Manchester United manager David Moyes has underlined the core aspects of his managerial philosophy that will never change.
Moyes has come to the end of his first pre-season campaign as United boss but before Monday night's encounter with Kitchee FC, he spoke to Press Association Sport.
And, whilst a journey that has taken him from humble beginnings at Preston to his present status in charge of the Premier League champions has clearly exposed himself to better players, he feels some values remain the same.
"There are still core values," he said. "There are still standards you want, which are basic at any level of football; discipline, punctuality, level of intensity in a training session.
"Those things do not change."
Observing Moyes on the training pitch is to see a man at ease with his work.
Maybe that is to be expected in a man whose attention to detail is such he used to drive south on his days off whilst still a player at Dunfermline to watch matches to broaden his knowledge of the game.
"I always think it is important to watch and learn and try to get better and improve," he said. "I am no different now.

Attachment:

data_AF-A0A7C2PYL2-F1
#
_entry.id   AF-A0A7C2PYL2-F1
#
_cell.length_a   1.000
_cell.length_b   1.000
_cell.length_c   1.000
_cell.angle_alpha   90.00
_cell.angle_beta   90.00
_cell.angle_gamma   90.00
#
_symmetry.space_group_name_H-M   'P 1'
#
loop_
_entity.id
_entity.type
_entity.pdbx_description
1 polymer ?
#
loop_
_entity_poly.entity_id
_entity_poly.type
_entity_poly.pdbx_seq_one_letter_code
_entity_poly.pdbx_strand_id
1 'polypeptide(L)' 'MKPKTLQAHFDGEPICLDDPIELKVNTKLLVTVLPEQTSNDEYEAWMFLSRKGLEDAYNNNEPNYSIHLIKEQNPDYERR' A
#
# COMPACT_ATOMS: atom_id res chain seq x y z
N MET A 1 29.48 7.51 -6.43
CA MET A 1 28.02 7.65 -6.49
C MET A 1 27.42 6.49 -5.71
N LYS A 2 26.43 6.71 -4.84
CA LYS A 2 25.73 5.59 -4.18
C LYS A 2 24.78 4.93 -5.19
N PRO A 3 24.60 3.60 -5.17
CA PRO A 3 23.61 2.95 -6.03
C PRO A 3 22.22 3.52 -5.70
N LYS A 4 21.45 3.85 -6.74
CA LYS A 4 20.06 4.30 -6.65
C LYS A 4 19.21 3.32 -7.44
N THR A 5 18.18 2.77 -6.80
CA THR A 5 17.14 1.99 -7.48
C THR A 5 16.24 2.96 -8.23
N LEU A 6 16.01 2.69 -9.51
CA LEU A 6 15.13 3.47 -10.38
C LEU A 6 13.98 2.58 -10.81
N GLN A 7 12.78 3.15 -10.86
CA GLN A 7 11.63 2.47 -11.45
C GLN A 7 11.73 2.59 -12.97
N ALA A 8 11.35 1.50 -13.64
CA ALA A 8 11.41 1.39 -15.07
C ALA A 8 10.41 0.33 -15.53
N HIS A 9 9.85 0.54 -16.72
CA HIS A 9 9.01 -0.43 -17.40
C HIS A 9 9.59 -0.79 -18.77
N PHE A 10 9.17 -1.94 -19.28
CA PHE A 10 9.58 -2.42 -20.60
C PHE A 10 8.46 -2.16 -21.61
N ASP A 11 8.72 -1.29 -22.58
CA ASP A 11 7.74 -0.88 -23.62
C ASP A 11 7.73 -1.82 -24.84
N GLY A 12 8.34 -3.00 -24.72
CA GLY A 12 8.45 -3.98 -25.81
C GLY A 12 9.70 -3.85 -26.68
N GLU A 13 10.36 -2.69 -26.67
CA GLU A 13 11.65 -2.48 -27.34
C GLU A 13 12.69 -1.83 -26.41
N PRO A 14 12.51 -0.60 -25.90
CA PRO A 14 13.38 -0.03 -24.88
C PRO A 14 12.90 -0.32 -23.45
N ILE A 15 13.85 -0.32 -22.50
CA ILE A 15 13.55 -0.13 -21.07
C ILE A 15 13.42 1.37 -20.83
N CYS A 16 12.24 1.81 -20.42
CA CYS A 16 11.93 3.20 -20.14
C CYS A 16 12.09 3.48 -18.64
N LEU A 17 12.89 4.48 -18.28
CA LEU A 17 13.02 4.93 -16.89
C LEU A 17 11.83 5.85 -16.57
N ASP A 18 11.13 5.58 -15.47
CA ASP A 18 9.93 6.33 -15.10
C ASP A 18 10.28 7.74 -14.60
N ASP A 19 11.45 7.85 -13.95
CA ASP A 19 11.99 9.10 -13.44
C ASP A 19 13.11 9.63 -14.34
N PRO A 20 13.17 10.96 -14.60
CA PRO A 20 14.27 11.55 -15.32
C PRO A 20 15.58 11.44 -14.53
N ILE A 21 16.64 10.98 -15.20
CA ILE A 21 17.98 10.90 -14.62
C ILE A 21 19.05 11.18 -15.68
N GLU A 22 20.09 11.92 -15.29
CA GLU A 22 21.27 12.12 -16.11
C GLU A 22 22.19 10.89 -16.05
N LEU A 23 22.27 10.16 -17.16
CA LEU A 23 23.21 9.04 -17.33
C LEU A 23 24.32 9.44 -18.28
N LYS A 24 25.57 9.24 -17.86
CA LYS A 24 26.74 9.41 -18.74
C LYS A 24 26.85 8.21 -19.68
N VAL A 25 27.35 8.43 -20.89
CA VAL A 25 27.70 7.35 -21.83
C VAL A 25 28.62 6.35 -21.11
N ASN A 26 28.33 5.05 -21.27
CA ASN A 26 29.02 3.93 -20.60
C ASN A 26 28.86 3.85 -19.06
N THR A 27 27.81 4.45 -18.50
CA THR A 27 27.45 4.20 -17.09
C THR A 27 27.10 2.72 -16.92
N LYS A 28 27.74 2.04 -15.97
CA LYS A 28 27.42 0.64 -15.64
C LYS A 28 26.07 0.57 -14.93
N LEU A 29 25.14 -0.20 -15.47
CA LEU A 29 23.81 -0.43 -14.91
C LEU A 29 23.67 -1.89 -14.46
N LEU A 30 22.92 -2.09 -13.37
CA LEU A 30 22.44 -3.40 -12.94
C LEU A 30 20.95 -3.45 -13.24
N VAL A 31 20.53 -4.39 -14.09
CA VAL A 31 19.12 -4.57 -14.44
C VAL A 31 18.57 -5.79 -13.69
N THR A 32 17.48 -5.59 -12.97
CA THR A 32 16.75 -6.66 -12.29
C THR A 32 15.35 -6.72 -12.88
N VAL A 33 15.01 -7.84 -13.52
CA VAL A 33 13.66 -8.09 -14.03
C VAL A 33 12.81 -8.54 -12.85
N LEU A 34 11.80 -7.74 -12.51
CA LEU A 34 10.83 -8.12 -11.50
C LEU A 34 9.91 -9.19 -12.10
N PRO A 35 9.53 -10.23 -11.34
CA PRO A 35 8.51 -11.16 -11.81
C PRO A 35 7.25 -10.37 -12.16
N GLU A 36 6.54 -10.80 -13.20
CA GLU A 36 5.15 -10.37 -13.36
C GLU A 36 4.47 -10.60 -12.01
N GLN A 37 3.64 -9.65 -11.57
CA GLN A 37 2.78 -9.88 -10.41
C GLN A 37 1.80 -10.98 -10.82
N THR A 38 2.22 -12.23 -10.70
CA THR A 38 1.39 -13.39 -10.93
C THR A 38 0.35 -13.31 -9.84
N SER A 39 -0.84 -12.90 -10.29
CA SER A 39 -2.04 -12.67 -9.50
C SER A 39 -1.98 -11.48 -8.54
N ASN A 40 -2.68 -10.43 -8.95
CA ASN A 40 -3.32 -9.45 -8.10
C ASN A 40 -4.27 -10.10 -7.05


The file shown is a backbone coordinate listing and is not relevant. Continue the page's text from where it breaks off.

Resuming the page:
"My enthusiasm to try and make training as real as the games, having imagination and the pictures you see is still the same. But your coaching style and how you work is continually evolving.
"You change with the level of player you have. You have to think differently about the work you are giving players. Hopefully that would be the way I would continually try to self-improve."
Moyes has officially been in charge less than a month. In the cases of Javier Hernandez and Antonio Valencia, he has not even met some of his players yet. There is over a month left until the transfer window closes.
However, some United fans have shown their impatience already, questioning the lack of new arrivals ahead of a campaign that admittedly begins with those three blockbuster fixtures out of the first five.
"If you win one game folk will think you are good. If you lose one folk will think you are rubbish," said Moyes. "You hope there is a little bit of sense and people understand where you are going.
"It is a big job. It is a new job. It will take time, as it would for anybody else."
Meanwhile, Manchester United group managing director Richard Arnold has revealed the club intend to use Twitter as one of the ways of improving fan communication.
Sir Alex Ferguson was famously distrustful of the popular social networking site, questioning why his players, including Rio Ferdinand, did not go to a library and read a book to fill their time.
Since Ferguson's exit as manager however, United have launched their own official Twitter feed, that by the end of their pre-season tour to the Far East and Australia had already attracted in excess of 600,000 followers.